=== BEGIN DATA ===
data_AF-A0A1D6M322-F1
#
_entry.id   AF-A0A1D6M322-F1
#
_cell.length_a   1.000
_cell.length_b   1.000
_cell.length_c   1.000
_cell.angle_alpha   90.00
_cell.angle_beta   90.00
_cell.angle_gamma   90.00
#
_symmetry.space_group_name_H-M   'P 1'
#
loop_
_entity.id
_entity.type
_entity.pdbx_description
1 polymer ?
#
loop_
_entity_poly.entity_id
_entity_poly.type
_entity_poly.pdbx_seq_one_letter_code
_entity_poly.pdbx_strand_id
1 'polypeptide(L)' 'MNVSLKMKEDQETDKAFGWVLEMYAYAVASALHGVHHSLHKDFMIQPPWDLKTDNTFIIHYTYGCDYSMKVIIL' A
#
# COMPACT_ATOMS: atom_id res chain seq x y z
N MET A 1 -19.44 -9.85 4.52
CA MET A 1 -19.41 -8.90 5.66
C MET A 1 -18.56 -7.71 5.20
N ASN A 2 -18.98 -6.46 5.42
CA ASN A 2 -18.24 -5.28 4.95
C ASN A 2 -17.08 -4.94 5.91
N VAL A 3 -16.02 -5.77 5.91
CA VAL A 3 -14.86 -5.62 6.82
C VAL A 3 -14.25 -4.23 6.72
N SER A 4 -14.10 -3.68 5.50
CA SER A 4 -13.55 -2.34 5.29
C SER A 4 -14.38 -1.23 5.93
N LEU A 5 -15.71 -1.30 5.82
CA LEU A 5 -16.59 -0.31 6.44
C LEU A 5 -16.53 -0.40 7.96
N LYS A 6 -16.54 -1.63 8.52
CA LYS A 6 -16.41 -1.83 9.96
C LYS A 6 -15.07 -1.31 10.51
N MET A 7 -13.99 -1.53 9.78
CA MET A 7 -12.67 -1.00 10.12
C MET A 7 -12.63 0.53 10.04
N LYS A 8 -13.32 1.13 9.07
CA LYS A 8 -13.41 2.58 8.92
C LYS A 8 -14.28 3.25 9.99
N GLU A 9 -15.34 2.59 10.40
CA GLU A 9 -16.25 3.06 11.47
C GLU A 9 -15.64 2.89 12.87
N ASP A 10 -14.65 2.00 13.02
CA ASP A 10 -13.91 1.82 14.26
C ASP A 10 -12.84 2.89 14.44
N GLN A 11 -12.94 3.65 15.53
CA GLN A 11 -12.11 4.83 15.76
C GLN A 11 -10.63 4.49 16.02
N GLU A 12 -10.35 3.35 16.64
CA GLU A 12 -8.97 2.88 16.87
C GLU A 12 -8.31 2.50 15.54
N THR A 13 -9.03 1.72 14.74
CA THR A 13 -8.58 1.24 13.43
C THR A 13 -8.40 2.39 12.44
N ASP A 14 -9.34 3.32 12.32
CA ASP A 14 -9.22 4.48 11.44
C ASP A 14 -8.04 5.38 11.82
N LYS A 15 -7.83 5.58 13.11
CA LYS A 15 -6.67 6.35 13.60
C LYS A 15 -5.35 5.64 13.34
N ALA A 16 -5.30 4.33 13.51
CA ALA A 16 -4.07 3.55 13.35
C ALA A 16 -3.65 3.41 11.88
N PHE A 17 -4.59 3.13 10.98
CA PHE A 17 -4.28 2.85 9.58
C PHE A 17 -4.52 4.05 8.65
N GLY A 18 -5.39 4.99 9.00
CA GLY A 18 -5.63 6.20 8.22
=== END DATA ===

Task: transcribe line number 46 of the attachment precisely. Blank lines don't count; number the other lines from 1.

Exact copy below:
N MET A 7 -13.99 -1.53 9.78